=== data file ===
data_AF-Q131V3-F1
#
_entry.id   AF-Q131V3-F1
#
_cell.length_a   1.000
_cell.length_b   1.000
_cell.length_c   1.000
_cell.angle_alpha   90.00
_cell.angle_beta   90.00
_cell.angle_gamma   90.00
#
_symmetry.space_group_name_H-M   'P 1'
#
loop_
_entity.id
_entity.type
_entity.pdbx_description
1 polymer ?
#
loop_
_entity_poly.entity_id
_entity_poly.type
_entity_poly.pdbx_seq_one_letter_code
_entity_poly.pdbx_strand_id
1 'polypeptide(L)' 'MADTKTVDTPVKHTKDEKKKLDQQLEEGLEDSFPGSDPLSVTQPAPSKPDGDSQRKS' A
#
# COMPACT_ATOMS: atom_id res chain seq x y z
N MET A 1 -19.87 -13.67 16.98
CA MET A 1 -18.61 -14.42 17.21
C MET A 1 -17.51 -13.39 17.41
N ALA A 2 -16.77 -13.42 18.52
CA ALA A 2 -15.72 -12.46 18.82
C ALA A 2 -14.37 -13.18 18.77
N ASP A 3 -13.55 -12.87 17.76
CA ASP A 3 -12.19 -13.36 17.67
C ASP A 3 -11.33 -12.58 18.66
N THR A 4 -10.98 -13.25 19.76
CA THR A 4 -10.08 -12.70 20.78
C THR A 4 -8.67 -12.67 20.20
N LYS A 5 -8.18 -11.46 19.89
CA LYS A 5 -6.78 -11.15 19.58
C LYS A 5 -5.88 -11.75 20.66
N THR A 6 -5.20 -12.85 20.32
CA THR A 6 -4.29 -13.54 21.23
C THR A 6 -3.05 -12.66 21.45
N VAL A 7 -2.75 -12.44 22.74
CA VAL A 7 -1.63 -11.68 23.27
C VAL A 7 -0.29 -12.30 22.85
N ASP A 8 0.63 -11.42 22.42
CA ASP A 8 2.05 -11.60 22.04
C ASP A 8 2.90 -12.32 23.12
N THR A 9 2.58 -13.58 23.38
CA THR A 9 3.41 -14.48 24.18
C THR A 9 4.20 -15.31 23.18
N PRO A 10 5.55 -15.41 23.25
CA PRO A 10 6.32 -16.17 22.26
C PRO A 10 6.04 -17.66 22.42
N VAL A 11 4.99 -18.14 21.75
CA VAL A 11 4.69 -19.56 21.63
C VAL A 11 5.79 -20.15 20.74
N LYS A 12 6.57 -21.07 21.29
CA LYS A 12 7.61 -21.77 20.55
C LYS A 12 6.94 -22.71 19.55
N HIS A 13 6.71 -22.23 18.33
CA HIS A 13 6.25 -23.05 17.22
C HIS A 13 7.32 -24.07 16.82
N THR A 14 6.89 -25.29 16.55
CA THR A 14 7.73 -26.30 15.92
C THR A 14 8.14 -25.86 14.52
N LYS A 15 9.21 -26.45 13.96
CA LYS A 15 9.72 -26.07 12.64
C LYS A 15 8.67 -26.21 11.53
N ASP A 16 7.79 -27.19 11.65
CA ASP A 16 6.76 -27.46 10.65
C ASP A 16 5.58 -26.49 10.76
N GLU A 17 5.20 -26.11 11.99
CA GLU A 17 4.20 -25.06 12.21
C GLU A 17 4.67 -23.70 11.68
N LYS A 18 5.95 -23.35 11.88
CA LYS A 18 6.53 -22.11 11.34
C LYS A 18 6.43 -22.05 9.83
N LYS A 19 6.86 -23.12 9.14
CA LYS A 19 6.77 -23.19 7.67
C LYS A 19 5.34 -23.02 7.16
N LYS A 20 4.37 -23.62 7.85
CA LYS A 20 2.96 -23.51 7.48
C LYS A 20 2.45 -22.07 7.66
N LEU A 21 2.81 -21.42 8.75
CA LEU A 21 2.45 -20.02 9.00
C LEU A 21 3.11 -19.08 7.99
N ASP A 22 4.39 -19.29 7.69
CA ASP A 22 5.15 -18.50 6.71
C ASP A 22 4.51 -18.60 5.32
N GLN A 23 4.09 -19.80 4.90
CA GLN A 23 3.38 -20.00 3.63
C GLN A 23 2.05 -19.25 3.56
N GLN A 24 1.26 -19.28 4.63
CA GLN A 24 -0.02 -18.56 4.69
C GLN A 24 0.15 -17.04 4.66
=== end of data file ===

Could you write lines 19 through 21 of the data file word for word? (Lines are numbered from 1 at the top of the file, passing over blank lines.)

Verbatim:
#
loop_
_entity_poly.entity_id